‘ La Forme est tout ,’ came a bass voice answered by a heavily accented,

‘ La Matière fait le poète . ‘

(- Form is everything.

– Content makes the poet.)

I swung round and saw a dark-haired, round-headed man in conversation with a tall, moustached, tweed-clad gentleman who had both just appeared round the corner from the street below. How bizarre, I could swear they were the spitting images of Pablo Picasso and Ernest Hemingway. How was that possible ?

They sat down two tables to my left and I stared. The one who resembled Pablo looked up and caught my eye, a dark glint and cocked brow checked my gaping mouth which I slammed shut. He then turned towards his Ernest-looking friend and they resumed their discussion.

‘ The first thing they will see when they behold a painting is shape and colour, ‘ Pablo said.

‘ The first thing they will feel is the texture of a cover, then, reading, the atmosphere of the setting, the depth of the characters, ‘ replied Ernest.

A waitress appeared. She must have just started her shift because I hadn’t seen her before. She wore a long brown skirt, a frilled cream-white blouse, a laced apron and a white ribbon in her hair. Not really in keeping with the latest French fashion shows.

‘ Que prendront ces Messieurs ?’

‘ Un p’tit blanc sec ‘.

‘ For me a whiskey on the rocks’.

‘ Bien Messieurs’.

She turned towards me and asked with a distinct smirk, or was I imagining it, on her lips,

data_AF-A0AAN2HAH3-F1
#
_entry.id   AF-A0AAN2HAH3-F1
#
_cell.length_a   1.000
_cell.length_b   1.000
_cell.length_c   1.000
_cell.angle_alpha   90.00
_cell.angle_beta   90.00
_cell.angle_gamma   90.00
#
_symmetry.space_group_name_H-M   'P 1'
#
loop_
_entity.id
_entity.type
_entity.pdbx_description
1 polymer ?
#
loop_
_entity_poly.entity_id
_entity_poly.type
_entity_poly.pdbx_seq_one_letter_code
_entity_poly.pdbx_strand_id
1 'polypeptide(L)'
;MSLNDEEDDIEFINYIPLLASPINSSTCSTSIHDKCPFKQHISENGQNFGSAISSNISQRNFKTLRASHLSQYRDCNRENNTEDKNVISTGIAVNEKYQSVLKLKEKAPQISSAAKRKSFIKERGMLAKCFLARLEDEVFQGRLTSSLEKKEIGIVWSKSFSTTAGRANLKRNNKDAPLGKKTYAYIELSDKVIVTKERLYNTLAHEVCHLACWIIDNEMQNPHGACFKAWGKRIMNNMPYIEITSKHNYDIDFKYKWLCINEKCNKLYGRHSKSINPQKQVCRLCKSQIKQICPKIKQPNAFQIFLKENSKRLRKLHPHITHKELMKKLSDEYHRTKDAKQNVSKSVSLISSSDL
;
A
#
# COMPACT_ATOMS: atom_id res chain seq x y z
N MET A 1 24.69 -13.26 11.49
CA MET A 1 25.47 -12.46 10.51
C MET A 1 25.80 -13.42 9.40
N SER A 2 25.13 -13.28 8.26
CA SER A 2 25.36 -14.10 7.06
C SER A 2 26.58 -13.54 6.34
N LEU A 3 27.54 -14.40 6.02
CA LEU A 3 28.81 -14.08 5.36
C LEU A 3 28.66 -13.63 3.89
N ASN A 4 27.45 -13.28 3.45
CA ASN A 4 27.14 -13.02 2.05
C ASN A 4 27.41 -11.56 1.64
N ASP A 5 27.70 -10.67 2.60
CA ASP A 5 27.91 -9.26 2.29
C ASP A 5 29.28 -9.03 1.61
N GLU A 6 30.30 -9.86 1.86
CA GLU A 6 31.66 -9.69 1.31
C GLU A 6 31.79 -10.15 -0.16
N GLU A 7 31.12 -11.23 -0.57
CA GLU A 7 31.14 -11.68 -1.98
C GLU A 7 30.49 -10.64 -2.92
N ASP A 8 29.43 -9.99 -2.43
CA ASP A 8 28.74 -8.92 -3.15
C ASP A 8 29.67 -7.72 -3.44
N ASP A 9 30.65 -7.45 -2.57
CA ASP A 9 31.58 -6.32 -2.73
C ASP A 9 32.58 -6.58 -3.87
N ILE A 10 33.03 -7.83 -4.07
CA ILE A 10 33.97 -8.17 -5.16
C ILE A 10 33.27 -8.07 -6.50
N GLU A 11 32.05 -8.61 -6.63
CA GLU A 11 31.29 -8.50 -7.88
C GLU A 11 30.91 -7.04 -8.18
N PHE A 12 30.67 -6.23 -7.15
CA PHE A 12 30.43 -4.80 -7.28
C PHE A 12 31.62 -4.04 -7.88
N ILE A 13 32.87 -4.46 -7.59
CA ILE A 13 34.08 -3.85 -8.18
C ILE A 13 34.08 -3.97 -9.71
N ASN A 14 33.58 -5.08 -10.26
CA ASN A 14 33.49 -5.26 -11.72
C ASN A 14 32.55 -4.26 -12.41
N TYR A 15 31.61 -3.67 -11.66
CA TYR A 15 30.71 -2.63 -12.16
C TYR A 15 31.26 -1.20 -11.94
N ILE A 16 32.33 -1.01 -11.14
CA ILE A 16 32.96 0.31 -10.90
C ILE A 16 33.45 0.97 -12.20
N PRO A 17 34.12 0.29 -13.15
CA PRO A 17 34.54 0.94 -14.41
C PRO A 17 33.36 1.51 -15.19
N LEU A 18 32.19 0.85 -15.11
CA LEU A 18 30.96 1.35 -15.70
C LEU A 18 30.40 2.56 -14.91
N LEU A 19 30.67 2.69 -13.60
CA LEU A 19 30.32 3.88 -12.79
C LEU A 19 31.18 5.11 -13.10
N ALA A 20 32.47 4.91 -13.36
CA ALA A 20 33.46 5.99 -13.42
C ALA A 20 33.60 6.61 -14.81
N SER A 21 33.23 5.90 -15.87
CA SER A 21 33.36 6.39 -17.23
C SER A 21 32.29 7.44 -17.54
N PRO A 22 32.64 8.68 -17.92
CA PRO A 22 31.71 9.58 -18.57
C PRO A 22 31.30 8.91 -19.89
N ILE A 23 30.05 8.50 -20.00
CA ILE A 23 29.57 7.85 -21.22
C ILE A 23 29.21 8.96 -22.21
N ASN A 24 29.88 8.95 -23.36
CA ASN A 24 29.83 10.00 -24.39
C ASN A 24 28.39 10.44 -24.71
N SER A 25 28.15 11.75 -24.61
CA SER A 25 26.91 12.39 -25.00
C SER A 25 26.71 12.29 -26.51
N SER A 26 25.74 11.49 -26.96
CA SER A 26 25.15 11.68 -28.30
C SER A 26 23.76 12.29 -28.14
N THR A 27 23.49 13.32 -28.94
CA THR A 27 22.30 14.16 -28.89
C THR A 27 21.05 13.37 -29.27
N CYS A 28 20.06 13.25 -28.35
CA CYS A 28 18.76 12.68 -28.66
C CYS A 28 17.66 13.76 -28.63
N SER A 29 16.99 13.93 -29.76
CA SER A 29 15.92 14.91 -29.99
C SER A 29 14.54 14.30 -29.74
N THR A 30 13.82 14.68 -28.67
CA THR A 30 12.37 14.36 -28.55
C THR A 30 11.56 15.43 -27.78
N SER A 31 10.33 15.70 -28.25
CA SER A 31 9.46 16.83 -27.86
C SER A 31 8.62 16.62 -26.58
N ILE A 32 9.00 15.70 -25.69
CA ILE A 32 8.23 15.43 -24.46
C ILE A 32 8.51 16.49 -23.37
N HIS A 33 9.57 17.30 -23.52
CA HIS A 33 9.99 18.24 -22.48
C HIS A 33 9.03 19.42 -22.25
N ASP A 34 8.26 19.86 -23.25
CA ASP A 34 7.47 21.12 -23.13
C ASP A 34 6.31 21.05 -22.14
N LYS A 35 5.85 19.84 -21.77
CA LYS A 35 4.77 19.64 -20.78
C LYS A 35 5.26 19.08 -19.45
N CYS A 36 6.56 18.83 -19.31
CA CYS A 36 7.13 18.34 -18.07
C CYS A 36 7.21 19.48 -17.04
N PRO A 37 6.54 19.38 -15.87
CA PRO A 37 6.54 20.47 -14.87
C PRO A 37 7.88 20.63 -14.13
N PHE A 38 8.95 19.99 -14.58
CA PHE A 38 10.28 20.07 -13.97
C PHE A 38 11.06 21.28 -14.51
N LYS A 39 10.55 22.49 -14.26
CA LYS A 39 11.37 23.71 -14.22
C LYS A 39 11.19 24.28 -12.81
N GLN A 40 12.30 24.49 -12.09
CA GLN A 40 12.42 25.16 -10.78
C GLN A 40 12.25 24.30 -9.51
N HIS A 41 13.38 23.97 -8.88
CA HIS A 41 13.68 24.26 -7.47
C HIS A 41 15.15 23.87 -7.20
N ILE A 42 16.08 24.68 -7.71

‘ Et pour vous, Monsieur, encore un grand crème ?’

‘ No thank you, a beer please,’ I replied curtly.

She disappeared inside and I saw Pablo and Ernest glancing in my direction and chuckling. I was the dindon  de la farce , as the French would say,  a joke which I didn’t understand. I frowned at them. This was surely a dream, a mirage. I would wake up in a puff of smoke, my head on a pillow.

The Sacré Coeur chimed seven and a red Mazarutti stormed by . I turned back towards Ernest and Pablo but in their stead were Brad and Leonardo. So I finished my tartine  and took out my papers from my battered satchel. I had to prepare for my lecture tomorrow at the Sorbonne across the river. I read the title again : The Power of Suggestion during the Surrealist Period.

©susanbauryrouchard

WORD COUNT  772 FCA.

Thank you for visiting. If you would like to comment and help me improve my writing, I welcome all FCAs. Below the critique codes.